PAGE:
Google Latitude WebApp comes to iPhone. Share Location with Friends on the Move

No you can share your location on the move with your friends.  iPhone users surfing to can access Google Latitude. Latitude draws friends’ pictures on a Google map when they opt to share their location with you.

Google released Latitude earlier this year as a location-basedLatitude on iPhone service (LBS) that competes with Brightkite and Loopt. After bringing Latitude to Android phones last month, it is now available as an iPhone web app — because Apple didn’t want it as a native app.

The main interface presents a list of contacts. Clicking on your own icon lets you set your status and edit your privacy settings.

Clicking a contact’s icon presents the option to send an e-mail, get directions to the contact’s location, and change the precision of location information you’d like to share with the person. The options are “best available location,” “only city-level location,” and “hide from this friend.”

Like similar LBS’s, Latitude allows you to add friends, view their location on a map, and send messages to schedule lunch or a meeting. You get complete control over privacy settings such as who can see your location and how exactly it is plotted on their map. Latitude for iPhone also allows you to view traffic, search for businesses, and, of course, effortlessly update your own location.

The three privacy options let you set the application to detect your location automatically, to require you to set it manually, and to hide your location altogether.

The Web app integrates with the Gmail contacts list, letting you select contacts you’d like to invite from the list; those who already are Google Latitude users get a special icon to let you know they’re signed up already. You also can invite people by their e-mail addresses without using Gmail contacts.

Interestingly, Google Mobile Product Manager Mat Balez notes on Google’s Official Mobile Blog that “We worked closely with Apple to bring Latitude to the iPhone in a way Apple thought would be best for iPhone users.” Whereby “worked closely with Apple,” Balez means that Google originally developed Latitude for iPhone as a native app, and Apple shot it down. “Apple requested we release Latitude as a web application in order to avoid confusion with Maps on the iPhone, which uses Google to serve maps tiles.”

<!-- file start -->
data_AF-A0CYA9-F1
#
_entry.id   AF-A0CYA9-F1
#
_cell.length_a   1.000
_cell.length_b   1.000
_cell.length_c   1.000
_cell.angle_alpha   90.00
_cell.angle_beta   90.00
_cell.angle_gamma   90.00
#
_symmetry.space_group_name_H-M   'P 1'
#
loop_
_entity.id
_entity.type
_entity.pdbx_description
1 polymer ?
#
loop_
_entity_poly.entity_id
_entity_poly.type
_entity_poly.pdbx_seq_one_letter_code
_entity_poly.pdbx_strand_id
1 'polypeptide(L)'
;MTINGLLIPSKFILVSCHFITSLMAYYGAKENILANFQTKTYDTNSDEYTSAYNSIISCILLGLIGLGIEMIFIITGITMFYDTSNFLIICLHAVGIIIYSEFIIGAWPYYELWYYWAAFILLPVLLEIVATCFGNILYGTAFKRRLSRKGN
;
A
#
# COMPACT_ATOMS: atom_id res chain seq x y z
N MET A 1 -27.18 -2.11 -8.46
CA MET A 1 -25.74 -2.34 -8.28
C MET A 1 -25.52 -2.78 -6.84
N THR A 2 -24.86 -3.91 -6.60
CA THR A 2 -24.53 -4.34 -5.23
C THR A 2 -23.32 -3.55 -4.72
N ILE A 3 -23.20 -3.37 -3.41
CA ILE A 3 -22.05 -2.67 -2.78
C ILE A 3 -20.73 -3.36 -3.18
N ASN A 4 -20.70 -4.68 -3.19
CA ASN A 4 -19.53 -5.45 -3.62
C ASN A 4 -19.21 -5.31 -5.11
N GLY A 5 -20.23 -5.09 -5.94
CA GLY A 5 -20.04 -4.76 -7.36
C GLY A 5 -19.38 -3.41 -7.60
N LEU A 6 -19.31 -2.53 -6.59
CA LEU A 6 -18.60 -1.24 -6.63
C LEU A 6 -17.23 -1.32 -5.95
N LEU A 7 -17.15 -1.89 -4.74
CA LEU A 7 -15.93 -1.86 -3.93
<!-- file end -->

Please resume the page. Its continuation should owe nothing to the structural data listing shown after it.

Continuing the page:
Thanks to Safari’s newfound access to the iPhone’s GPS hardware in OS 3.0, Latitude works pretty well as a web app in our quick testing. But Apple’s request of Google to rewrite Latitude as a web app must have been no small feat. This probably explains why Latitude arrived for just Android last month, instead of simultaneously for the iPhone, as has been Google’s typical behavior so far.

In addition to tracking friends, the menu supplies options to search or clear the map, view traffic, get directions, and see a satellite view.

Before Google announced Latitude for iPhone, we surmised that the Latitude feature is meant as an upgrade–or at least as an alternative–to for iPhone users. In a statement, Google explained that the company worked closely with Apple to create the Latitude experience that works around Apple’s inability to run apps–even browser-based–in the background. Google gets around this by updating location when you launch the app, and while it runs in the foreground.

Google’s Latitude Web app runs on iPhone operating system 3.0. It is currently available in Australia, Canada, New Zealand, and in the UK, and US.

sources: cnet, appleinsider

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